I had heard mixed reviews of The Time Traveller’s Wife since its publication in 2004. I didn’t know much about it, except that people seemed to love i...moreI had heard mixed reviews of The Time Traveller’s Wife since its publication in 2004. I didn’t know much about it, except that people seemed to love it or hate it. I can certainly see where these sentiments come from. I read the blurb when ordering books online and was instantly intrigued. So I bought it and have lapped it up over the last week, which is pretty fast considering the amount of uni work I’ve been doing.
If I had to describe the novel in terms of genre – well, I’d be pretty stuck for a while, but I think I’d call it a postmodern realist bildungsroman. Most of which is a contradiction in terms, but this book doesn’t work like most books.
I’ve found in my reading that throughout the latter half of the twentieth century and into the twenty-first authors have been playing with narrative structure into extremes. Sometimes this works, but sometimes it seems overwhelming. I feel that in The Time Traveller’s Wife it works immensely well, mainly because the strange narrative is intrinsic to the plot.
Speaking of, let me tell you a little about it, in case you don’t know.
The time traveller of the title is Henry DeTamble, a man with a condition which becomes known as chromo-displacement. His genes are kinda messed up basically, and every so often (usually when stressed) he gets thrown into the past or the future. Perhaps this premise seems very sci-fi, but I’m not a big fan of sci-fi literature, and this hooked me. I think the reason that it’s so easy to buy into is that whenever Henry moves from one time to another, he does so completely naked: anything that is not part of his body is left behind.
One of the places he travels to frequently is a clearing in a meadow. This meadow lies behind the childhood home of Clare Abshire: Henry’s wife.
Clare first meets Henry when she is six and he is thirty-six, and they get married when she is twenty-two and he is thirty.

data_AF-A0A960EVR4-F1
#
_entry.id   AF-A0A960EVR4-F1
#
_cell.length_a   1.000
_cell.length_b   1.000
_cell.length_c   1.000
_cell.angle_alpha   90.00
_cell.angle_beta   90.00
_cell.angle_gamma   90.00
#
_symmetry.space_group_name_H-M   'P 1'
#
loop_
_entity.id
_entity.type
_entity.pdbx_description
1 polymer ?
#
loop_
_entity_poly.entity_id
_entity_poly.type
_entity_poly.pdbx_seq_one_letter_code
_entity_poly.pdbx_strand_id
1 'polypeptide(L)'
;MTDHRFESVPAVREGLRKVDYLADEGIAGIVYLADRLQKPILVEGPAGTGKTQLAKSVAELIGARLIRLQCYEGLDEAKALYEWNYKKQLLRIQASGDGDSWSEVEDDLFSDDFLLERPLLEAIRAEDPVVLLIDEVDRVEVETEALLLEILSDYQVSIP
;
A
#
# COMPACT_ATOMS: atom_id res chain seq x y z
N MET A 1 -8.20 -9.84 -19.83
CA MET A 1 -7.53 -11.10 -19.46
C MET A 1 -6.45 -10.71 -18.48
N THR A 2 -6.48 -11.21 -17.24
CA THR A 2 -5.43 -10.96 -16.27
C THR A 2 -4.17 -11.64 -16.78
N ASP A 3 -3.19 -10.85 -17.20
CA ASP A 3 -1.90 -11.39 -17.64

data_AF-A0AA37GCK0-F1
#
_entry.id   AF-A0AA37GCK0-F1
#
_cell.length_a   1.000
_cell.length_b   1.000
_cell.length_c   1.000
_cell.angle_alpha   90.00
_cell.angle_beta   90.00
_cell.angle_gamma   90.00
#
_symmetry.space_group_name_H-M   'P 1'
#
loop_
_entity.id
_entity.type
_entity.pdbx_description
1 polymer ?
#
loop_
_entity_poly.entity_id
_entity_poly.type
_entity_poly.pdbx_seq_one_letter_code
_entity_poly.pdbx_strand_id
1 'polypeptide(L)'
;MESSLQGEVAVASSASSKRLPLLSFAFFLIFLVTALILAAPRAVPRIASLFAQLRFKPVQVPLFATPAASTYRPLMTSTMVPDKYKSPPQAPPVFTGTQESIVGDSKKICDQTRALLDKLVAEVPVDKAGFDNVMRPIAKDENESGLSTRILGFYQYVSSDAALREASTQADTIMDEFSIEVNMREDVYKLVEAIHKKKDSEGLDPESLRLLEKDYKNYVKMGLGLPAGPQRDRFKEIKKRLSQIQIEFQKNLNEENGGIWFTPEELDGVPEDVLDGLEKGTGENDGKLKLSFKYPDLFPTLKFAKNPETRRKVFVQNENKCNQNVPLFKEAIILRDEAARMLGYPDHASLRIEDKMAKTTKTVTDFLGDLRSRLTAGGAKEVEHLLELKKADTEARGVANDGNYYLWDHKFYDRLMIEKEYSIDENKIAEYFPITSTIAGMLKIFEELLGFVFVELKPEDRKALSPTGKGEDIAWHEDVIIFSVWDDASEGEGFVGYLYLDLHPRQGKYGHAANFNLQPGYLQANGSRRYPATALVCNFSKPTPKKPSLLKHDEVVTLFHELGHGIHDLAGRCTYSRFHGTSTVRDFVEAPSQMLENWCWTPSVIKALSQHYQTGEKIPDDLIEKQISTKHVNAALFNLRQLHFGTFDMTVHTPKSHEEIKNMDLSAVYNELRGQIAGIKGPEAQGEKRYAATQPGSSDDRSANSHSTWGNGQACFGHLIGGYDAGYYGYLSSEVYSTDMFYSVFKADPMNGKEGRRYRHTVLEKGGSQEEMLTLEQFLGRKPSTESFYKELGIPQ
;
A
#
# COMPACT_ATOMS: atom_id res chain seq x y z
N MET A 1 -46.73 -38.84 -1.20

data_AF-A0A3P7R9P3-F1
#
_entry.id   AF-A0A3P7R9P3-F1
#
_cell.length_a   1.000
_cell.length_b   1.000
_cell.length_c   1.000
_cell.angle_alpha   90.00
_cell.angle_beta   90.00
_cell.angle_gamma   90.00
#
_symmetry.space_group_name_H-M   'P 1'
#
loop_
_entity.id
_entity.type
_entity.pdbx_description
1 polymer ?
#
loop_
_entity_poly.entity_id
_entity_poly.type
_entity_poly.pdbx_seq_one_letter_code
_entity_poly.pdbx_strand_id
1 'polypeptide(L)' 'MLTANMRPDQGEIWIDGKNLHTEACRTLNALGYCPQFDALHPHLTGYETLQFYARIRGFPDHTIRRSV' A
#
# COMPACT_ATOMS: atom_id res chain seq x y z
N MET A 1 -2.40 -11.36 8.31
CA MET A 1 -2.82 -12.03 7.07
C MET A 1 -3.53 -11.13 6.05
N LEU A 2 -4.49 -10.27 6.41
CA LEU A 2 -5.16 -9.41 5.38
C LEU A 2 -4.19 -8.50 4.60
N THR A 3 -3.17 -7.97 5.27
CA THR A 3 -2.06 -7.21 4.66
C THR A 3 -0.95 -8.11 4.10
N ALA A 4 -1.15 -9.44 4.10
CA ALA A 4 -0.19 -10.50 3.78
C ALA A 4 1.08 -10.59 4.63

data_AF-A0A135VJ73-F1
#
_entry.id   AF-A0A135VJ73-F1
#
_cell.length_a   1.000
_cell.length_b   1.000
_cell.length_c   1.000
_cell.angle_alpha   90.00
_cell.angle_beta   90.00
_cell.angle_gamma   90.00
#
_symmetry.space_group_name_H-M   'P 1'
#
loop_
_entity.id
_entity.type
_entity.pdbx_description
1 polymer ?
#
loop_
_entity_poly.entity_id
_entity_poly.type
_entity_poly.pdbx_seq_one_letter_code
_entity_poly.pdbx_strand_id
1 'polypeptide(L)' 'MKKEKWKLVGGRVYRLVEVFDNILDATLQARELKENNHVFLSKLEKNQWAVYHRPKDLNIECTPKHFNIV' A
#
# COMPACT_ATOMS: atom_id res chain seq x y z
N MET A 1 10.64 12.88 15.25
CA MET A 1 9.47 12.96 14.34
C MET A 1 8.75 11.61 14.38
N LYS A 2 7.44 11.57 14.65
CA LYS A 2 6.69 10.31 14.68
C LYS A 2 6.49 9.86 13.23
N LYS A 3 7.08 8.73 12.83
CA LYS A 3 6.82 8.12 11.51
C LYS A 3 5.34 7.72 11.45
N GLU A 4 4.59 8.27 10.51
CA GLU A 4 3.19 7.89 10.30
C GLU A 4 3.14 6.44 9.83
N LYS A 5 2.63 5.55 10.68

We see the way the couple muddle through life, with Clare enduring long absences from Henry, one partner constantly with more knowledge of what has been or is to come than the other. Their experiences are heart-warming, funny, sexy and sad.
The novel left me with a feeling of both hope and despair, which I think plays off the themes of togetherness and loss, which run throughout the novel.
I think, overall, if you enjoy a good love story, and aren’t put off by something different, narrative-wise, then you should give this a try. It really is a love it or hate it kind of book, but don’t let that put you off: you might fall on the ‘love it’ side!(less)
Book Review: Mark Gatiss - The Vesuvius Club (Simon & Schuster, London, 2005)
If you live in the UK then the chances are that you're familiar with,...moreBook Review: Mark Gatiss - The Vesuvius Club (Simon & Schuster, London, 2005)
If you live in the UK then the chances are that you're familiar with, or have at least heard of, the work of Mark Gatiss. He is an accomplished writer and actor for the stage and television and a look at his IMDB page will porbably make you say 'oh yeah, I remember that!' In the last couple of years he has written for and appeared in the new incarnation of Doctor Who, as well as last years romcom Starter for Ten. He is undoubtedly most famous for his work as part of The League of Gentlemen, (not to be confused with The League of Extraordinary Gentlemen, US types!) Which spawned three television series, multiple stage shows and a film.
The influence of The League of Gentlemen on Gatiss' first novel is evident. The humour often contains a strangely geotesque aspect, and the plot twists contain some aspects of the implausible.
The cover is littered with comparisons to Oscar Wilde, and I agree that when the humour does not remind the reader of Gatiss' previous work we are given Wilde's wit - and the protagonist himself is more than a little Wildean.
Let's talk about him shall we? Lucifer Box is an artist, a dandy, a government agent and bisexual during the very early years of the twentieth century. It's a nice set up, a textured world and a persona that Gatiss seems comfortable writing in - the novel is first person, and under the guise that Box is attempting to write his memoirs. Initially we are told that he is an artist and a dandy. The government agent reveal comes early in the novel, as it must, for the plot to progress. What interests me is the representation of Box's sexuality in the novel. It is over halfway through when we discover that he is bisexual, and the character says 'there I've shocked you', and goes on to dream of a time in the future where people are not persecuted for their sexuality. It feels ... stilted, and unneccessary. There is no more mention of the persecution of the homosexual after this brief daydream, only a fun little love story between Box and his assistant, Charlie Jackpot, that should speak for itself.
I should mention that the novel is a murder mystery, something that I'm not a great fan of. Not knowing much about murder mysteries I can't say how well it worked and be very informed about it, but for me personally, it was a drag. I could have done without the mystery, and just had the double life and love story thing going on, but I think that's because it's what I prefer.